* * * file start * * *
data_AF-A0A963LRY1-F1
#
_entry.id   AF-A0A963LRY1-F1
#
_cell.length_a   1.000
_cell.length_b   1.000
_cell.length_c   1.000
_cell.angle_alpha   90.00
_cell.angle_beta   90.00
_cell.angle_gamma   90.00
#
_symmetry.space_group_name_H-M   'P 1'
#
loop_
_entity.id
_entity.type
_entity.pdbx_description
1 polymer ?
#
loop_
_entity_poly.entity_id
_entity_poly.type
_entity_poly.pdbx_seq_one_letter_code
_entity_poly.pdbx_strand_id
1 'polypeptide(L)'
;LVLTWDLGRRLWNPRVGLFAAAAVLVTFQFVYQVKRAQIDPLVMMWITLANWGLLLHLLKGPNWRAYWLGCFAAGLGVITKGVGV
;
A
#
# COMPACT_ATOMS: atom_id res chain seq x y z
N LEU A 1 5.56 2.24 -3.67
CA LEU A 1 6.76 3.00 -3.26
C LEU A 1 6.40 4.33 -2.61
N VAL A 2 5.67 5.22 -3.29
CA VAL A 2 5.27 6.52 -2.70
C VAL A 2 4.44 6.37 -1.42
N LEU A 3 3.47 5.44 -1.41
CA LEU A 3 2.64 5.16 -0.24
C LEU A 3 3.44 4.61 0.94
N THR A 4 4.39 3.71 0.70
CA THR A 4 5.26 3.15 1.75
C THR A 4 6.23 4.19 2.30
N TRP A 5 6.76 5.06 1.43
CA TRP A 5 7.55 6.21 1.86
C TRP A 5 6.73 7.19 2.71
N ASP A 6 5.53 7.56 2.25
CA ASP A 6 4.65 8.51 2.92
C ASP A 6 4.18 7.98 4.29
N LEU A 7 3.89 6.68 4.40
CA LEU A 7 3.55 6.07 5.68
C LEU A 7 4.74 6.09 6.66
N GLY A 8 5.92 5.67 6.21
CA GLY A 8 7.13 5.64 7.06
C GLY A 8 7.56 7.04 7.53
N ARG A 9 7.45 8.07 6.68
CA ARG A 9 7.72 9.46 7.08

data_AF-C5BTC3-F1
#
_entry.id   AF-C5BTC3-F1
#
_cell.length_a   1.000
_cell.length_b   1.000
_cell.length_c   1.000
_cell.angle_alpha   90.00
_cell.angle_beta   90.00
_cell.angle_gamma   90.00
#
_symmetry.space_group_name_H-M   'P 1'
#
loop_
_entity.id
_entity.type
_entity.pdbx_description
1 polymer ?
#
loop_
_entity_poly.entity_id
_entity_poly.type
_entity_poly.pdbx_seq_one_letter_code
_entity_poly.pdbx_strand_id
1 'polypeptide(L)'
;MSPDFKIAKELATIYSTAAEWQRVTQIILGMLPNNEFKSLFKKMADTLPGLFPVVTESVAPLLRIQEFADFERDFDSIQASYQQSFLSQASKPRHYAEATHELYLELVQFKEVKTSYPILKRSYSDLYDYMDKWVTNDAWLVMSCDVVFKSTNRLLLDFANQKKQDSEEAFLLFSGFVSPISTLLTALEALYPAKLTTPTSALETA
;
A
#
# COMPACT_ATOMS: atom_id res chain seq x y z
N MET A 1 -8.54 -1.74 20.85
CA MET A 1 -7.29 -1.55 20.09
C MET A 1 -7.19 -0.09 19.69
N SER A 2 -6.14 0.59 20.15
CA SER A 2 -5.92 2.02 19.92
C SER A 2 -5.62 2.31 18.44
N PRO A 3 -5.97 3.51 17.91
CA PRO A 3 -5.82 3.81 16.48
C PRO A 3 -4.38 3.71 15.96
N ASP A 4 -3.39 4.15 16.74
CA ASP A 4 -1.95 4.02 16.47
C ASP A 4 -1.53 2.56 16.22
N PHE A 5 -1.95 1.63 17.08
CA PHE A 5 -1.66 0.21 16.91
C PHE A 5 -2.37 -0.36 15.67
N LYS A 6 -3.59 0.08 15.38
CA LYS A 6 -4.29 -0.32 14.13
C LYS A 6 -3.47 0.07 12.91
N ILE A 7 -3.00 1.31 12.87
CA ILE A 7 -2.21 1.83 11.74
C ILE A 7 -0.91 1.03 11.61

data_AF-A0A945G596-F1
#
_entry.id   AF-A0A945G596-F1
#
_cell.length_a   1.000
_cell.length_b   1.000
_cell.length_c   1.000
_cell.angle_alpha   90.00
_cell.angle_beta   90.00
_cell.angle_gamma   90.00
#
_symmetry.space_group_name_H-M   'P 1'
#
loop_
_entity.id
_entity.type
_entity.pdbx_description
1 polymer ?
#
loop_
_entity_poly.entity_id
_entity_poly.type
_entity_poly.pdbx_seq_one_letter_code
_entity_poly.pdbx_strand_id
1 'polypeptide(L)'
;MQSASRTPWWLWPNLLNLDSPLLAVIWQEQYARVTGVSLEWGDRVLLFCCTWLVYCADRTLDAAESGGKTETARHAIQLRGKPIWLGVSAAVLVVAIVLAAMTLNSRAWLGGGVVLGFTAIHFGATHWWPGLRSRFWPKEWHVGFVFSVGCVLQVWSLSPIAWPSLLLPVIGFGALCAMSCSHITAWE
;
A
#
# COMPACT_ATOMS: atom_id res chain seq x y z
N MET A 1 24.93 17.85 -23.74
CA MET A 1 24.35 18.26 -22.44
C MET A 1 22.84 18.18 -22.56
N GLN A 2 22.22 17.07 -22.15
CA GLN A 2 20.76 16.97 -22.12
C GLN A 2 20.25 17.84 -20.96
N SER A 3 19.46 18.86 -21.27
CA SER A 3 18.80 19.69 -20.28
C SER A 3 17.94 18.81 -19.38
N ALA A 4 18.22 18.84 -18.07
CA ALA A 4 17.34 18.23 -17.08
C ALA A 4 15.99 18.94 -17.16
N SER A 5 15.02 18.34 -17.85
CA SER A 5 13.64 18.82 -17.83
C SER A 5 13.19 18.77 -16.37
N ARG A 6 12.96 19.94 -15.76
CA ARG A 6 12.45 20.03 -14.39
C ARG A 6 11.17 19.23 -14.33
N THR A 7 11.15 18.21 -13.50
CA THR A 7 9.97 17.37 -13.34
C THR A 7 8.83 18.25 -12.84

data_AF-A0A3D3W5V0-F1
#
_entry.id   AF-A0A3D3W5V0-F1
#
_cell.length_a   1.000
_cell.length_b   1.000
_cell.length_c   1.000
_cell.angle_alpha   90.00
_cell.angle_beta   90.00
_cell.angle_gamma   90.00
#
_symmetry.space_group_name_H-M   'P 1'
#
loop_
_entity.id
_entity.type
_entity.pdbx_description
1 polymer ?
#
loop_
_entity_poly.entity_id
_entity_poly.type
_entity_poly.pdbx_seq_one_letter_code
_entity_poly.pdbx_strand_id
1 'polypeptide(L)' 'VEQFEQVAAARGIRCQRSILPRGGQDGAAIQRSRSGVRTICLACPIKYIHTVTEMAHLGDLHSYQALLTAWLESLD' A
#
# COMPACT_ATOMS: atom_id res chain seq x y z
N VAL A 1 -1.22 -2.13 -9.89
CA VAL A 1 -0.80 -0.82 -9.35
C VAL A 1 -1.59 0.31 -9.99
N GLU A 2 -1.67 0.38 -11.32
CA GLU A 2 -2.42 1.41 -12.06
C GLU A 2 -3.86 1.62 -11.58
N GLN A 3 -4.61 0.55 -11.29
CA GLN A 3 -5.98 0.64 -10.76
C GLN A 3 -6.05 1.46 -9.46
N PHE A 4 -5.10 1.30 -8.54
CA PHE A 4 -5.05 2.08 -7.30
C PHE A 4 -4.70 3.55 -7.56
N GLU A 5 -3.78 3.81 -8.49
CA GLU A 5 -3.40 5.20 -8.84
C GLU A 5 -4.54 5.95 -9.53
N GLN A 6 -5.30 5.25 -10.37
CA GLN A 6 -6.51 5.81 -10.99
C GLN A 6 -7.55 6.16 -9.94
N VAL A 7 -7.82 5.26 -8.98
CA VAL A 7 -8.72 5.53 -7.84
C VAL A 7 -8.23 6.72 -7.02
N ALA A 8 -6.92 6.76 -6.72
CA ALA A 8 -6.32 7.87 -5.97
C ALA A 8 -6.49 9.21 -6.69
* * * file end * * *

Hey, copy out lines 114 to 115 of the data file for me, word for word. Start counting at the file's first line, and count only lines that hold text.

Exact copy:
_cell.length_c   1.000
_cell.angle_alpha   90.00